He of the Kushitani leathers and Union Jack Arai, Alan Cathcart, just became the first motorcycle journalist to take a KTM Freeride E prototype for a spin. He liked it, but the real news here is word of production dates, prices, configurations and future electric KTMs. E-Duke anyone?
“We plan in July or August of 2012 to build 500 pre-production bikes, then gather feedback from non-professional riders after they’ve run the bike in different conditions and in different climates, from Spain to Sweden,” KTM CEO Harald Ploeckinger told Cathcart. “We plan to learn as much as we can from this, because we don’t want to have a new technology that creates problems for the customers, but to develop it properly under all conditions. And then towards the end of next year we will start production of the Freeride E at a price below or comparable to what you see already with a four-stroke Enduro – so it has to be below 10,000 ($13,500), including battery.”
KTM actually plans two variants on the Freeride E theme. That street-legal enduro and a motocrosser sans lights, indicators and other niceties. Cathcart also reveals that a supermoto version is planned, complete with smaller wheels and road tires and firmer suspension. His E-Duke monicker is likely just a bit of fun though, we’d expect the company to stick to variations of “Freeride.”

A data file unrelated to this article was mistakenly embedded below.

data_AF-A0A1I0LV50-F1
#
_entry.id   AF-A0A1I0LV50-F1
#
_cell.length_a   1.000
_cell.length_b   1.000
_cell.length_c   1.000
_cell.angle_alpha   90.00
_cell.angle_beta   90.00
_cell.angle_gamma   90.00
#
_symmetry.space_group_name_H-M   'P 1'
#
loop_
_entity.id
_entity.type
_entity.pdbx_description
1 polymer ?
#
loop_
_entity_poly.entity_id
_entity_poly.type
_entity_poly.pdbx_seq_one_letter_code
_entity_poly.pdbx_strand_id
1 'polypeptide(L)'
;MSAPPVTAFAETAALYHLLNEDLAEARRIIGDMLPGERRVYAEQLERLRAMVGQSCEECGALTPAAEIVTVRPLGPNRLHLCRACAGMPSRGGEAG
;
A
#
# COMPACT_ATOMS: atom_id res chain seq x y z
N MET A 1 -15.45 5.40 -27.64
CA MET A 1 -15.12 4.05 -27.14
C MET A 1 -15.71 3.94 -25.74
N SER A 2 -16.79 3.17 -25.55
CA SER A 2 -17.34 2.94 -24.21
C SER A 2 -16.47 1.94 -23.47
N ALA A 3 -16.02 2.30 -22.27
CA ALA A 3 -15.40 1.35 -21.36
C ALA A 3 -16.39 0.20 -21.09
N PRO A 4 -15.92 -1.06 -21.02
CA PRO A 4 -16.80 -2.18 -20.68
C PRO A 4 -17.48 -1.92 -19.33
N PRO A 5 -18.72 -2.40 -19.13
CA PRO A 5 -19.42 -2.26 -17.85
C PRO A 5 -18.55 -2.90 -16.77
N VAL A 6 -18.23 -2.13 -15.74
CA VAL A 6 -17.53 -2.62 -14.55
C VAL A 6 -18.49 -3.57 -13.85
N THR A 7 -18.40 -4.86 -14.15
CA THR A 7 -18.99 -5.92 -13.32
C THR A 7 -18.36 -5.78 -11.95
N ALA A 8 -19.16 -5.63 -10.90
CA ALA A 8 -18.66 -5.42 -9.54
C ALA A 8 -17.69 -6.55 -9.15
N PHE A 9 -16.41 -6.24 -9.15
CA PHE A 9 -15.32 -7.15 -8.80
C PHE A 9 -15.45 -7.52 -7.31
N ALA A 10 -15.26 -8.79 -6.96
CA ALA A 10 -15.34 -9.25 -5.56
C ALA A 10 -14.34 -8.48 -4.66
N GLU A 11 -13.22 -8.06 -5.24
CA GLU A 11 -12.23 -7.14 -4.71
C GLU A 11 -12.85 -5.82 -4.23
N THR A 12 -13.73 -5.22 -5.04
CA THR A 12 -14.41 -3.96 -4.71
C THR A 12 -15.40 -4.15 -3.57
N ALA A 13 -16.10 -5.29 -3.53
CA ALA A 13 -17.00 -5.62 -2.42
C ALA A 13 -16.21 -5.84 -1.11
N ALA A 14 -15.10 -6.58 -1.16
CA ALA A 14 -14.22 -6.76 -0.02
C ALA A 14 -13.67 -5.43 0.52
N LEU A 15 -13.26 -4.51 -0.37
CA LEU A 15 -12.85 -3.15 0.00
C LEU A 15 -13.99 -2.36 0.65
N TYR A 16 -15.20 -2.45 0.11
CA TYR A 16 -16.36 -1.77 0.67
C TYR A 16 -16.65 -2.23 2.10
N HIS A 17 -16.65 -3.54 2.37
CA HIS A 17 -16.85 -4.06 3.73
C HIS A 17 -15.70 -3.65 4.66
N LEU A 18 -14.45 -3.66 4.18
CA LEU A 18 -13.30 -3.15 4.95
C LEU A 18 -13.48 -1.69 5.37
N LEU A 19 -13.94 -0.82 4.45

Like the KTM Freeride 350, the E isn’t going to be a “race-ready” competition machine. Instead, it’ll be focused on attracting new riders, putting fun over performance. “We wanted to start out by offering something to those customers who want to ride off-road but not in competition — nothing extreme, just to have fun on the bike,” Ploeckinger continued to Cathcart. “I compare riding the Freeride E to cross-country skiing, where you use a different set of skis than when you go alpine skiing downhill. Each is fun — just one is more extreme than the other.”
Tantalizingly, Ploeckinger hints at the potential for faster electric KTMs in the future. “The battery pack is scalable, as a combination of parallel and sequenced cells, and as long as you don’t change the voltage you can use the same controller and motor, so we’re looking towards urban mobility concepts, as well.”